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Searching stuff on Wikipedia somehow I got to tetration, and got really interested on how could an interpretation of fractional tetration be given. So I did the following analysis

$$ \left(a \cdot \frac{1}{2} \right) + \left(a \cdot \frac{1}{2} \right) = a$$

$$ \left(a \wedge{} \frac{1}{2} \right) \cdot \left(a \wedge{} \frac{1}{2} \right) = a $$

Using this as a patern I could assume...

$$ \left(a\ t \ \frac{1}{2} \right) \wedge{} \left(a \ t \ \frac{1}{2} \right) = a$$

Where $t$ stands for tetration so...

$$a\ t \ \frac{1}{2} \equiv ^{\frac{1}{2}}a$$

For example

$$ \left(5 \cdot \frac{1}{2} \right) + \left(5 \cdot \frac{1}{2} \right) = 5$$

$$ \left(5 \wedge{} \frac{1}{2} \right) \cdot \left(5 \wedge{} \frac{1}{2} \right) = 5$$

$$ \left(5 \ t \ \frac{1}{2} \right) \wedge{} \left(5 \ t \ \frac{1}{2} \right) = 5$$

Knowing that multiplication is a short hand for addition i.e.

$$5 \cdot 3 = 5 + 5 + 5$$

But still we can't write "fractional addition", I mean we can't write

$$5 \cdot \frac{1}{2}$$

As adding 5's, yet we can ask "Which number added to itself can give me a 5", so

$$a + a = 5 \rightarrow a = 5 \cdot \frac{1}{2}$$

The same goes for fractional exponentiation, yet you can ask for roots.

$$a \cdot a = 5 \rightarrow a = 5 ^\frac{1}{2}$$

So I can interpet half tetration of 5 as asking, which number $a$ satisfies

$$a^a = 5$$ which approximately is $$a \approx 2.1293$$

Now I could ask for the general case $^{a/b}C$, (at least for $a,b,C \in \mathbb{R}^+)$ let's make another pattern analyzis

$$C \cdot \frac{a}{b} = C \cdot \underbrace{(\frac{1}{b} + \frac{1}{b} + ... + \frac{1}{b})}_{add\ a\ times\ 1/b} = \underbrace{C \cdot \frac{1}{b} + C \cdot \frac{1}{b} + ... + C \cdot \frac{1}{b}}_{a \ times\ C\ \cdot\ 1/b} $$

Next for exponentiation

$$C \hat{} \frac{a}{b} = C \hat{} \underbrace{(\frac{1}{b} + \frac{1}{b} + ... + \frac{1}{b})}_{add\ a\ times\ 1/b} = \underbrace{C \hat{} \frac{1}{b} \cdot C \hat{} \frac{1}{b} \cdot \ ...\ \cdot C \hat{} \frac{1}{b}}_{multiplication \ a \ times\ of\ C\ \hat{}\ 1/b} $$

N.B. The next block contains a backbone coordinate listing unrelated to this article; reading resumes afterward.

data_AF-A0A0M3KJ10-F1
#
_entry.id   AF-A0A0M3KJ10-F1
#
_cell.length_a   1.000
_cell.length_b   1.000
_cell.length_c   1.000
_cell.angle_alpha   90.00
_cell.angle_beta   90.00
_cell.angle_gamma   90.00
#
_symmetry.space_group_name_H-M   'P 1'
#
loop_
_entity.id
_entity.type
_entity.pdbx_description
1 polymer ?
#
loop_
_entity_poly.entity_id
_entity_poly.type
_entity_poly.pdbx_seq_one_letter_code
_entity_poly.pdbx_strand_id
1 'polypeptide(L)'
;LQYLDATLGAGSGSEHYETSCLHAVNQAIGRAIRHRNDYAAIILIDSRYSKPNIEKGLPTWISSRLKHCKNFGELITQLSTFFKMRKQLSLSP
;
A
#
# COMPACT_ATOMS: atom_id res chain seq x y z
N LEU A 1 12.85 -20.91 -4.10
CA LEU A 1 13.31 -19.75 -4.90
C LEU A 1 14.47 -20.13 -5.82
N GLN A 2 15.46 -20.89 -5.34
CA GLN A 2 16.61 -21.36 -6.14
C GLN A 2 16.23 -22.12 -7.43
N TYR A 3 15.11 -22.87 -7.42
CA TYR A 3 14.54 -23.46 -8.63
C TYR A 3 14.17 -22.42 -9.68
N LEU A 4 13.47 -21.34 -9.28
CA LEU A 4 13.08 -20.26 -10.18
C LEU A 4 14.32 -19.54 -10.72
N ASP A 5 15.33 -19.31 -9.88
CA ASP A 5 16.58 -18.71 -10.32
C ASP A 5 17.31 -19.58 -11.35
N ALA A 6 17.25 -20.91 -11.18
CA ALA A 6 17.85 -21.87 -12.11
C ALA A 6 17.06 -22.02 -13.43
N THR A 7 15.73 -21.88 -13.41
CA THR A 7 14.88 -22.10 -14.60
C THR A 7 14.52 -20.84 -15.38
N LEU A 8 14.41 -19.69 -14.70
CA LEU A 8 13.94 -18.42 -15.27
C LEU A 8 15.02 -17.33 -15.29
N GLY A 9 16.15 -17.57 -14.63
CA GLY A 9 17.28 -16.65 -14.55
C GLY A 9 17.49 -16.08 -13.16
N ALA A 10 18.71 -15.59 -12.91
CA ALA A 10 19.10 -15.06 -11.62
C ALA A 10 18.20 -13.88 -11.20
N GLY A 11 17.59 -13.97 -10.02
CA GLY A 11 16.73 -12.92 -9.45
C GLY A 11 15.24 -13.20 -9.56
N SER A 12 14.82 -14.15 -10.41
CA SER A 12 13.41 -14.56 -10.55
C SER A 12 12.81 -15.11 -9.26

Now for tetration I assume...

$$C \ t \ \frac{a}{b} = C\ t\ \underbrace{(\frac{1}{b} + \frac{1}{b} + ... + \frac{1}{b})}_{add\ a\ times\ 1/b} = \underbrace{C \ t \ \frac{1}{b} \hat{} C \ t \ \frac{1}{b} \hat{} \ ...\ \hat{} C \ t \ \frac{1}{b}}_{exponentiation \ a \ times\ of\ C\ \ t \ 1/b} $$

For example

$$^{4/3}3 = 3\ t\ \frac{1}{3} \hat{} \ 3\ t\ \frac{1}{3} \hat{}\ 3\ t\ \frac{1}{3} \hat{}\ 3\ t\ \frac{1}{3}$$

So we get $3\ t\ \frac{1}{3}$ or $^{1/3}3 \ $ (I used the letter t to indicate tetration and the "computer notation" for the exponent to make more "obvious" the patterns) which is the question "Which number $a$ can satisfy

$$a^{a^{a}} = 3$$

Using Wolfram Alpha to solve the equation we get $a \approx 1.63507 \rightarrow ^{1/3}3 \approx 1.63507$, so

$$^{4/3}3 = a^{a^{a^a}} \approx 4.37135 $$

What do you think? :)

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  • $\begingroup$ Seems to be a nice generalization of the tetration. But since my interest in tetrations is mainly in the context of very large numbers, I would tend to avoid it. That does not mean that I deny that it might be useful. $\endgroup$ – Peter May 10 '17 at 9:10
  • $\begingroup$ I calculated $x=3 \uparrow \uparrow \frac{1}{3} \approx$ 1.434378 using Kneser's algorithm. Then $y=3 \uparrow \uparrow \frac{4}{3} = 3^x \approx$ 4.8347307. The Op's equation for $y$ in terms of $x$ using a is incorrect. The Op's equations don't follow the basic tetration rule $y=3^x$, using the Op's values for $x$ and $y$. $\forall z,\;\;\; 3 \uparrow \uparrow ( z+1) = 3 ^ { (3 \uparrow \uparrow z)}$ $\endgroup$ – Sheldon L May 11 '17 at 12:15

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